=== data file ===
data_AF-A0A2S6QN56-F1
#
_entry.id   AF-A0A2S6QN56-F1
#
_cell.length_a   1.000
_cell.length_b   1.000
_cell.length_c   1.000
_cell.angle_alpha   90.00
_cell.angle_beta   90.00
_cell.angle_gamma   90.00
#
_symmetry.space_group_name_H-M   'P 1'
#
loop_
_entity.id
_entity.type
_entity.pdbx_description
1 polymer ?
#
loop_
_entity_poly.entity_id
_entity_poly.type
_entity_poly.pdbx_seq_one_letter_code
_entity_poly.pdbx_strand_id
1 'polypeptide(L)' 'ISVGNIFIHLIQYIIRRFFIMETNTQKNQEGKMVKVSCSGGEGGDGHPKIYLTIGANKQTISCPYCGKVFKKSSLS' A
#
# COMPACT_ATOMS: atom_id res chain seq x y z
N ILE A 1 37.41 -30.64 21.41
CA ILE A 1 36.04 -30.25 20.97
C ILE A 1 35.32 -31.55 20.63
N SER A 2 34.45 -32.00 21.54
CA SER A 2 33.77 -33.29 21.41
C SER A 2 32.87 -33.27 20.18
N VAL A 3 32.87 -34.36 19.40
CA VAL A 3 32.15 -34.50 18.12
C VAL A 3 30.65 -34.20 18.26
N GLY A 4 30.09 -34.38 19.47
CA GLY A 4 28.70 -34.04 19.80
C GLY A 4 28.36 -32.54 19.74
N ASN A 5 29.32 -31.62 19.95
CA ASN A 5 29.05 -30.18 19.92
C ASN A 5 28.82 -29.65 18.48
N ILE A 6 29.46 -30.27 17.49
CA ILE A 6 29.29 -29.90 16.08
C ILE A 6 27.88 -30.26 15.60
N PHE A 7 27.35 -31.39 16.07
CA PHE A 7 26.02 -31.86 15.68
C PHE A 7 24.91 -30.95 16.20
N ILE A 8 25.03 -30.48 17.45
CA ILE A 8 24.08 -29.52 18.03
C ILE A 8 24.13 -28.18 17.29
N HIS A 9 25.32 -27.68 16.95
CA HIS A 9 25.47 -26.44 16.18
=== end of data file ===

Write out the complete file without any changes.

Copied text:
data_AF-A0A2S6QN56-F1
#
_entry.id   AF-A0A2S6QN56-F1
#
_cell.length_a   1.000
_cell.length_b   1.000
_cell.length_c   1.000
_cell.angle_alpha   90.00
_cell.angle_beta   90.00
_cell.angle_gamma   90.00
#
_symmetry.space_group_name_H-M   'P 1'
#
loop_
_entity.id
_entity.type
_entity.pdbx_description
1 polymer ?
#
loop_
_entity_poly.entity_id
_entity_poly.type
_entity_poly.pdbx_seq_one_letter_code
_entity_poly.pdbx_strand_id
1 'polypeptide(L)' 'ISVGNIFIHLIQYIIRRFFIMETNTQKNQEGKMVKVSCSGGEGGDGHPKIYLTIGANKQTISCPYCGKVFKKSSLS' A
#
# COMPACT_ATOMS: atom_id res chain seq x y z
N ILE A 1 37.41 -30.64 21.41
CA ILE A 1 36.04 -30.25 20.97
C ILE A 1 35.32 -31.55 20.63
N SER A 2 34.45 -32.00 21.54
CA SER A 2 33.77 -33.29 21.41
C SER A 2 32.87 -33.27 20.18
N VAL A 3 32.87 -34.36 19.40
CA VAL A 3 32.15 -34.50 18.12
C VAL A 3 30.65 -34.20 18.26
N GLY A 4 30.09 -34.38 19.47
CA GLY A 4 28.70 -34.04 19.80
C GLY A 4 28.36 -32.54 19.74
N ASN A 5 29.32 -31.62 19.95
CA ASN A 5 29.05 -30.18 19.92
C ASN A 5 28.82 -29.65 18.48
N ILE A 6 29.46 -30.27 17.49
CA ILE A 6 29.29 -29.90 16.08
C ILE A 6 27.88 -30.26 15.60
N PHE A 7 27.35 -31.39 16.07
CA PHE A 7 26.02 -31.86 15.68
C PHE A 7 24.91 -30.95 16.20
N ILE A 8 25.03 -30.48 17.45
CA ILE A 8 24.08 -29.52 18.03
C ILE A 8 24.13 -28.18 17.29
N HIS A 9 25.32 -27.68 16.95
CA HIS A 9 25.47 -26.44 16.18